- Most infants can creep.
- May start to feed themselves. Babies love exploring food at this time, but they also love exploring other objects and things that can be grasped. Thus, parents may be especially concerned about safety at this time. Check for small objects within reach of your baby.
- Infants can pull themselves to a standing position and then can stand briefly without holding on to something.
- Infants may be crawling by now.
- May try to imitate sounds made by older individuals.
- Starts to understand the concept of object permanence (that is, babies understand that an object continues to exist, even when it is out of sight).
- Infants can “hold objects in each hand and inspect them in turn”.
- Infants may start to walk unsteadily while holding onto something.
- May wave bye-bye.
- Likely understands “no”.
- Will walk by holding onto furniture.
- Infants may start to walk by themselves.
- Can sit without assistance.
- Demonstrates pincer grasp (thumb and forefinger are used).
- Will explore objects in a number of ways (shaking, banging, dropping).
- First words come about (mamma, dadda).
- Can understand a lot of words and requests.
- Birth weight has tripled.
- May develop an attachment to an item (such as a stuffed animal). Likely has also developed an attachment to one or both parents (strong emotional bond).
Tips for Enhancing Development During Baby’s First Year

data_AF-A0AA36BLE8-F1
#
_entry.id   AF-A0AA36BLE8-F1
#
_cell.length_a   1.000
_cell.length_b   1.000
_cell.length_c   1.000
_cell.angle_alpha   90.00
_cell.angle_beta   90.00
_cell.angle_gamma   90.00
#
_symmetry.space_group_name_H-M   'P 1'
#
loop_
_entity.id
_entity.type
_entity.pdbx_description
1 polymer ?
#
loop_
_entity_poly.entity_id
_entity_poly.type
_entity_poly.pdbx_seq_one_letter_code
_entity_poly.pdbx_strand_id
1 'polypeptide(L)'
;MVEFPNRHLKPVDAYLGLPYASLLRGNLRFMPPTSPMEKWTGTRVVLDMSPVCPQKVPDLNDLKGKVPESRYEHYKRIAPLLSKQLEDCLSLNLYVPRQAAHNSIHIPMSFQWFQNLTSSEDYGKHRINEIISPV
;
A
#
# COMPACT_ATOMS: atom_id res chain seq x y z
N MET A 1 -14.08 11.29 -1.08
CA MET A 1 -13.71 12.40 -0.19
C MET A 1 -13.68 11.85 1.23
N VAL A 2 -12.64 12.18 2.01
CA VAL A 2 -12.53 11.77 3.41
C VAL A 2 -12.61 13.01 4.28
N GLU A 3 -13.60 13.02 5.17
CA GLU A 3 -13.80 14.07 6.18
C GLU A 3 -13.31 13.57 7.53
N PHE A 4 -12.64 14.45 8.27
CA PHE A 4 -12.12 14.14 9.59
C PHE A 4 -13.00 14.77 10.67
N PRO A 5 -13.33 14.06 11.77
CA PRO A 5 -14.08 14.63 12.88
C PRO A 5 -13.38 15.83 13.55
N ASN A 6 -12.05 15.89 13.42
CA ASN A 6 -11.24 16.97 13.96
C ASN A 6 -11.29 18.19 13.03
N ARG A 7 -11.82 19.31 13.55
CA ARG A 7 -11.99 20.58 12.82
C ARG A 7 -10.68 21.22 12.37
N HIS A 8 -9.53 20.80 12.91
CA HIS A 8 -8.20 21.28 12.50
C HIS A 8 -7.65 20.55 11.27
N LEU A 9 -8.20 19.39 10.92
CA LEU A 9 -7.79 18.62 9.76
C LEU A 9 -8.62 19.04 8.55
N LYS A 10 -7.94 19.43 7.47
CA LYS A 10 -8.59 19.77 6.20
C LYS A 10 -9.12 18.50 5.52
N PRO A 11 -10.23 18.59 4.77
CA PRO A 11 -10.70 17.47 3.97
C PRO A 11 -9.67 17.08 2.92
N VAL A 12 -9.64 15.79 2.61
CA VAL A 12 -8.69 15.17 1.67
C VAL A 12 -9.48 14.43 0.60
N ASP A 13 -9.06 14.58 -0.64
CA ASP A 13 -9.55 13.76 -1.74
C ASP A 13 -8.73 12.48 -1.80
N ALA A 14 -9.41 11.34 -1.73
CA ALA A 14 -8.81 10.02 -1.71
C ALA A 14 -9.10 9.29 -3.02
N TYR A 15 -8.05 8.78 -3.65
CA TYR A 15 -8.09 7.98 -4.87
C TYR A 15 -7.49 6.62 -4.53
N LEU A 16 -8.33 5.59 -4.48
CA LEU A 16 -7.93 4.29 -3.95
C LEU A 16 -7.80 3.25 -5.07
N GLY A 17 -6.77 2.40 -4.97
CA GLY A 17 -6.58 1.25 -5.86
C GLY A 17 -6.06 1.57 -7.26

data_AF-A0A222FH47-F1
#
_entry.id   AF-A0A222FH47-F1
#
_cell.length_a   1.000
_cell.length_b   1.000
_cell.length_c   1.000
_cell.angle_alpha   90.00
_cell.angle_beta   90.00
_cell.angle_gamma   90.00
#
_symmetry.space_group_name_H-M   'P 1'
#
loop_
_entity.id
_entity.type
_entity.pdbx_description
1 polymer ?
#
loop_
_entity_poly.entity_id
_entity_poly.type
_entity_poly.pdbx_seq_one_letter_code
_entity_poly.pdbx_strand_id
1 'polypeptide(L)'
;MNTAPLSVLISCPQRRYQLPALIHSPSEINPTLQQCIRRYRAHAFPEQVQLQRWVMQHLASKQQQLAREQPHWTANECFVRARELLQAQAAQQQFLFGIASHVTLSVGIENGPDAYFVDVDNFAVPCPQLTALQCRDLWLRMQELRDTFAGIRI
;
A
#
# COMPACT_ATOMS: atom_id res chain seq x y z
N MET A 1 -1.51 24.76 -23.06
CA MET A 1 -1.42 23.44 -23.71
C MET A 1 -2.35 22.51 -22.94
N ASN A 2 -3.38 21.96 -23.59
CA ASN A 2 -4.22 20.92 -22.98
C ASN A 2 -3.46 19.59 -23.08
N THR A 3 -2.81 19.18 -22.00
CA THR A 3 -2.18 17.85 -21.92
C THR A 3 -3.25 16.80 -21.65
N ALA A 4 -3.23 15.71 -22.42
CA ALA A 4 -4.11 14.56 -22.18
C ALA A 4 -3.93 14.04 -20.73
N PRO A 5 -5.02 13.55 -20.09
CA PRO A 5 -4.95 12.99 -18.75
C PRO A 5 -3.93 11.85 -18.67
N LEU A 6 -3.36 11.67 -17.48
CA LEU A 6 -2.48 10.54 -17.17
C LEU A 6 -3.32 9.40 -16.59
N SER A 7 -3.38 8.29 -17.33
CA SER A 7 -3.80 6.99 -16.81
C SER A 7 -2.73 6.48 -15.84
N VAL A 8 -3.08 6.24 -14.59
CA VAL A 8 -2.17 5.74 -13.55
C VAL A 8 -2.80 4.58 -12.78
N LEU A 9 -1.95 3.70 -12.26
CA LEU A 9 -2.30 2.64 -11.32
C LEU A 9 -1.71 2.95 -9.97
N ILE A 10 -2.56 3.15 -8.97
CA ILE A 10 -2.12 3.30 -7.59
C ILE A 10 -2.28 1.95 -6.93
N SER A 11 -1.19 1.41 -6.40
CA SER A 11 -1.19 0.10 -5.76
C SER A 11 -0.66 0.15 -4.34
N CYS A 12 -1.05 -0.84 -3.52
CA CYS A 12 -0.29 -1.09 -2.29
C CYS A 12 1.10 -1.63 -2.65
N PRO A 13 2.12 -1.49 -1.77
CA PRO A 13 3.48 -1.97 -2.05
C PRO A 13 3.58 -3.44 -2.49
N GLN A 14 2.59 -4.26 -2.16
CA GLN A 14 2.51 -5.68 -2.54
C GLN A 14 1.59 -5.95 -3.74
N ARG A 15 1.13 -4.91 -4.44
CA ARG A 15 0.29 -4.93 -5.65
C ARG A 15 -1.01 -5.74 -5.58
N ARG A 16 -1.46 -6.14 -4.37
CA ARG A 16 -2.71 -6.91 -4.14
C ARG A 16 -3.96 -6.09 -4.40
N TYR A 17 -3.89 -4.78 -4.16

1.Talk, sing, and read to your child. This does so much for language development. In addition, it also helps develop your baby’s brain. And even though your baby may only be cooing, coo back! This helps develop “conversational skills” such as turn-taking.
2.Cuddle and hold your child. This will help your child feel loved and secure. It also helps develop an attachment.
3. Play with your child on the floor and encourage motor skills. For example, you can consider using a play gym such as the one below. Babies will start reaching for objects and grasping them. In addition, this play gym has a piano, so your baby may enjoy kicking and pressing the keys. You can also practice tummy time on this mat, so your baby can develop the necessary muscles for motor skills (such as rolling over, pushing themselves up, etc.).
4.Give your baby lots of attention and praise. You can never “spoil” a baby with too much attention at this time. This all helps build attachment.
5.Consider using sensory bins with your baby. In doing so, your baby will learn about new textures, as well as cause and effect. Try this site for ideas: Baby Sensory Bins.
6.Respond to baby’s cues. Early on, babies need a lot of reassurance that their needs will be met. If your baby cries, do your best to respond. I know that early on it was difficult for me to figure out what to do when my baby cried- Was she hungry? Did she need a diaper change? Or did she need comfort? It did take a lot of trial and error, but we also eventually learned how to distinguish among some of her cries (she had a hungry cry and an angry cry for example).
Final Thoughts on Developmental Milestones During Baby’s First Year
This is such a fun and exciting time. I always enjoyed watching my baby learn new skills, as well as her delight when she was able to do a skill on her own. Give lots of attention and play during this time, which will help so much in terms of meeting milestones. If you do have concerns about whether or not your baby has missed a milestone, don’t hesitate to visit your child’s doctor. But, also keep in mind that babies develop at different rates.
Enjoy this time! It goes so quickly!
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Rathis, S. (2017). Childhood: Voyages in development. (6th ed.). Cengage: Boston, MA.